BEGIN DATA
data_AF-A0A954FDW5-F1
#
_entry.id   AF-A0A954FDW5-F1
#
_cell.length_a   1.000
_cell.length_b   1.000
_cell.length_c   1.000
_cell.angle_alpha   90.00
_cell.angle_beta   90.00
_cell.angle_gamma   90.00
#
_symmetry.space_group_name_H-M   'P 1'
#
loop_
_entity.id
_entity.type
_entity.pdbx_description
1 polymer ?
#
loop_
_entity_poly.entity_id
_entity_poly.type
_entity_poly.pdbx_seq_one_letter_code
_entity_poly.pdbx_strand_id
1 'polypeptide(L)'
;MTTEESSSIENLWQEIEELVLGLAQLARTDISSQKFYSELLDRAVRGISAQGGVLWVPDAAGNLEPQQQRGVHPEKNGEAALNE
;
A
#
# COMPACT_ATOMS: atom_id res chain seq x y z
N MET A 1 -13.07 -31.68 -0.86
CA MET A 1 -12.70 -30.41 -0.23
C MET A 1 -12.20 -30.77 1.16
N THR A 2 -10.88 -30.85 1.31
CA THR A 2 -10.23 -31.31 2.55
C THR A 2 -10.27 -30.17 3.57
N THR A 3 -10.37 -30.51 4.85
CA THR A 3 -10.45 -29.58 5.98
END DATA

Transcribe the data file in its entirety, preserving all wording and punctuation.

data_AF-A0A954FDW5-F1
#
_entry.id   AF-A0A954FDW5-F1
#
_cell.length_a   1.000
_cell.length_b   1.000
_cell.length_c   1.000
_cell.angle_alpha   90.00
_cell.angle_beta   90.00
_cell.angle_gamma   90.00
#
_symmetry.space_group_name_H-M   'P 1'
#
loop_
_entity.id
_entity.type
_entity.pdbx_description
1 polymer ?
#
loop_
_entity_poly.entity_id
_entity_poly.type
_entity_poly.pdbx_seq_one_letter_code
_entity_poly.pdbx_strand_id
1 'polypeptide(L)'
;MTTEESSSIENLWQEIEELVLGLAQLARTDISSQKFYSELLDRAVRGISAQGGVLWVPDAAGNLEPQQQRGVHPEKNGEAALNE
;
A
#
# COMPACT_ATOMS: atom_id res chain seq x y z
N MET A 1 -13.07 -31.68 -0.86
CA MET A 1 -12.70 -30.41 -0.23
C MET A 1 -12.20 -30.77 1.16
N THR A 2 -10.88 -30.85 1.31
CA THR A 2 -10.23 -31.31 2.55
C THR A 2 -10.27 -30.17 3.57
N THR A 3 -10.37 -30.51 4.85
CA THR A 3 -10.45 -29.58 5.98